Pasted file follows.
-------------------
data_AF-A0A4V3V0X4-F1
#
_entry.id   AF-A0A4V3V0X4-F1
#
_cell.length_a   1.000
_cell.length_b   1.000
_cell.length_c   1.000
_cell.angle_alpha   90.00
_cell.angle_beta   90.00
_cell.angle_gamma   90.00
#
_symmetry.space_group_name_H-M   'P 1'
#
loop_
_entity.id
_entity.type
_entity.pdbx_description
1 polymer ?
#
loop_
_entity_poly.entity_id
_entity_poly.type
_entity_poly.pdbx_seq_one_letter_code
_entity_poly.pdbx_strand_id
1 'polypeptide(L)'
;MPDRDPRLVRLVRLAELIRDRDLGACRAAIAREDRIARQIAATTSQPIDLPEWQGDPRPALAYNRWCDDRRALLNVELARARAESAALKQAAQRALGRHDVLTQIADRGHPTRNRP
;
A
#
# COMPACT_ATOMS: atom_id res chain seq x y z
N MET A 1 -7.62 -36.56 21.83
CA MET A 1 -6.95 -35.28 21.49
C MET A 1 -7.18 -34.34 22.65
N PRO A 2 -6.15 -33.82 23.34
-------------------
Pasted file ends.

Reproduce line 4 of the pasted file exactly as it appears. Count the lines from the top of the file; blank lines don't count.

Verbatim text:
#